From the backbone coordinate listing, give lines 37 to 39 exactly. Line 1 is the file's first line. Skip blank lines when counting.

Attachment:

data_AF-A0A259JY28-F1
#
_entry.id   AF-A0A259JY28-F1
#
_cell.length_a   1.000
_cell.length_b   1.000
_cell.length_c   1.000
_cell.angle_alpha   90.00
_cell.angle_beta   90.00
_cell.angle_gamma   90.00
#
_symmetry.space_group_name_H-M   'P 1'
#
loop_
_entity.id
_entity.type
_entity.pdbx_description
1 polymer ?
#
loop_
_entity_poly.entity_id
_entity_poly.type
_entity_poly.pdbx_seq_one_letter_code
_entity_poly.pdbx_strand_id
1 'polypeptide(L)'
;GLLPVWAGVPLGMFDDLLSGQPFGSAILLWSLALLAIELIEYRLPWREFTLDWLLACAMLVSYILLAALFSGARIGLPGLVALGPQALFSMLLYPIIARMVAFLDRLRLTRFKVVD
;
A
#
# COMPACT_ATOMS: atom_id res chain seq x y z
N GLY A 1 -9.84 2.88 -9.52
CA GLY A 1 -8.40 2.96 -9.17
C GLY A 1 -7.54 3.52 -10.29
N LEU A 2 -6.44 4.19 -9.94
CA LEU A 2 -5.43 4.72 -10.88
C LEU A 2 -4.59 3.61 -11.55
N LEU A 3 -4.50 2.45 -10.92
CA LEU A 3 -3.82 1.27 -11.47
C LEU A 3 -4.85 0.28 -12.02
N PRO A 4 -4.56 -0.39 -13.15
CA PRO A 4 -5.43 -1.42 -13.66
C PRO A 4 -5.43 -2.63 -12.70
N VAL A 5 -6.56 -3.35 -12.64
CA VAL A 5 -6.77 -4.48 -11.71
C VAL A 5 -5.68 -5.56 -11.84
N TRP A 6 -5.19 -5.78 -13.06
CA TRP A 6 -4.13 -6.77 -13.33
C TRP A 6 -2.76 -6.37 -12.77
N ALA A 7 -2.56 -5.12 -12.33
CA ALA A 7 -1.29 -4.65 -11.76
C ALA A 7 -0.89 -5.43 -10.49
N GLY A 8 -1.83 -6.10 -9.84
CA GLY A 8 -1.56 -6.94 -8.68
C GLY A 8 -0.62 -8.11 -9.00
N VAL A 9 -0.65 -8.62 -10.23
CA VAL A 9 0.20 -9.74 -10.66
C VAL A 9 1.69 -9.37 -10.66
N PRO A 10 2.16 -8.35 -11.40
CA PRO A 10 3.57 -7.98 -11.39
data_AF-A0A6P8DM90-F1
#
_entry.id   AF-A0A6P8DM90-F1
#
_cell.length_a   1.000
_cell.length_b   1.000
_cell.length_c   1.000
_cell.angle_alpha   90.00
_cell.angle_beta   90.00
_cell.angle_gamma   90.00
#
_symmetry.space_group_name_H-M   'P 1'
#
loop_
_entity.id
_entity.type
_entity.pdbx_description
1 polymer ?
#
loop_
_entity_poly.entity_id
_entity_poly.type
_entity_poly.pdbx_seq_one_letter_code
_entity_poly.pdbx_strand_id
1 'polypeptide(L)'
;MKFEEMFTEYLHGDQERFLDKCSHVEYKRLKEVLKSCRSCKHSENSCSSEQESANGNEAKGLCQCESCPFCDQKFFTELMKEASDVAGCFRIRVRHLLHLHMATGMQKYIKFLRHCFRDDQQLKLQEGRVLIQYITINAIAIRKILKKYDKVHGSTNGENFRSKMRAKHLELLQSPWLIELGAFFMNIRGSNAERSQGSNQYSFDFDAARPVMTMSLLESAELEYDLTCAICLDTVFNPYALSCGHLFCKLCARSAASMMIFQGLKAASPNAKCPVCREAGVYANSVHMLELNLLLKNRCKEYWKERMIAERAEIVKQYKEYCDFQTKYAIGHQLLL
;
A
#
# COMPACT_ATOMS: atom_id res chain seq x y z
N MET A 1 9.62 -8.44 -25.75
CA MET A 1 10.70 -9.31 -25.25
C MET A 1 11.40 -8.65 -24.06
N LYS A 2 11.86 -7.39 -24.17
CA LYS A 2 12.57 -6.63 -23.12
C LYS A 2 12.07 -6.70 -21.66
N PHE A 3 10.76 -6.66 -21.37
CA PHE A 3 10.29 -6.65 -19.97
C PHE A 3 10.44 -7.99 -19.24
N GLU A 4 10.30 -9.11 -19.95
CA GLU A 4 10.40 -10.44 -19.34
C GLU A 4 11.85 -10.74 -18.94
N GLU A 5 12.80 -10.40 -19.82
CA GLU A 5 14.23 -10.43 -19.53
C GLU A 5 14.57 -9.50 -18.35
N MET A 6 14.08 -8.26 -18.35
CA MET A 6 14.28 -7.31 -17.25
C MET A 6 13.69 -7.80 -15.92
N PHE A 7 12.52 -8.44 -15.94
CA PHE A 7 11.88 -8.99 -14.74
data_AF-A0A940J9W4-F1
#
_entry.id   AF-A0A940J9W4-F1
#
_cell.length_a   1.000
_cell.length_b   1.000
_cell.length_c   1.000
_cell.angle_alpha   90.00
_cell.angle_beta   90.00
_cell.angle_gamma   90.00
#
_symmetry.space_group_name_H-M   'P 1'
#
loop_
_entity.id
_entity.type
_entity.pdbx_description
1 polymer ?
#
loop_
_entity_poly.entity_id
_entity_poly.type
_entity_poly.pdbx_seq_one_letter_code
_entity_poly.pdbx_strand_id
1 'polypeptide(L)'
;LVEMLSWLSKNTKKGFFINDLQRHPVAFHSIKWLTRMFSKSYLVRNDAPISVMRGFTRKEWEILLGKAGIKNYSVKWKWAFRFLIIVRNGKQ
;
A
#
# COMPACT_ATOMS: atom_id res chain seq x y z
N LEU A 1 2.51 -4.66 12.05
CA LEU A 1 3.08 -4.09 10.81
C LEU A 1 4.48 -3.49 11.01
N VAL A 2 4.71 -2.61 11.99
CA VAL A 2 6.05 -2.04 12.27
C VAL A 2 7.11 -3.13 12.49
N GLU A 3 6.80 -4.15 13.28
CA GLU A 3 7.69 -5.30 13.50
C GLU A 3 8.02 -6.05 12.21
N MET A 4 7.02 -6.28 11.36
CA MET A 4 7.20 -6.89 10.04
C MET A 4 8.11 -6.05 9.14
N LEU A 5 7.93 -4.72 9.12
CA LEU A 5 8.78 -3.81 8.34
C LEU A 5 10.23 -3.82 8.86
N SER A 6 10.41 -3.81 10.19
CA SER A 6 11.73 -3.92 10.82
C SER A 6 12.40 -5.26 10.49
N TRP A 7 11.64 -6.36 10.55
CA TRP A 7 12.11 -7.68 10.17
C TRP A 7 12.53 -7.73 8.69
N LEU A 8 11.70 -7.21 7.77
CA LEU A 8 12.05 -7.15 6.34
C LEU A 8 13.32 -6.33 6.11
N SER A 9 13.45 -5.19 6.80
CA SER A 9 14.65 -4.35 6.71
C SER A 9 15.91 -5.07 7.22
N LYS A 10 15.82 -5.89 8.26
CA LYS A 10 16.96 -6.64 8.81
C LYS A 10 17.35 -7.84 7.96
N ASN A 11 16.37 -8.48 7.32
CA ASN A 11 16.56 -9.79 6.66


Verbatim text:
N LEU A 3 -4.50 2.45 -10.92
CA LEU A 3 -3.82 1.27 -11.47
C LEU A 3 -4.85 0.28 -12.02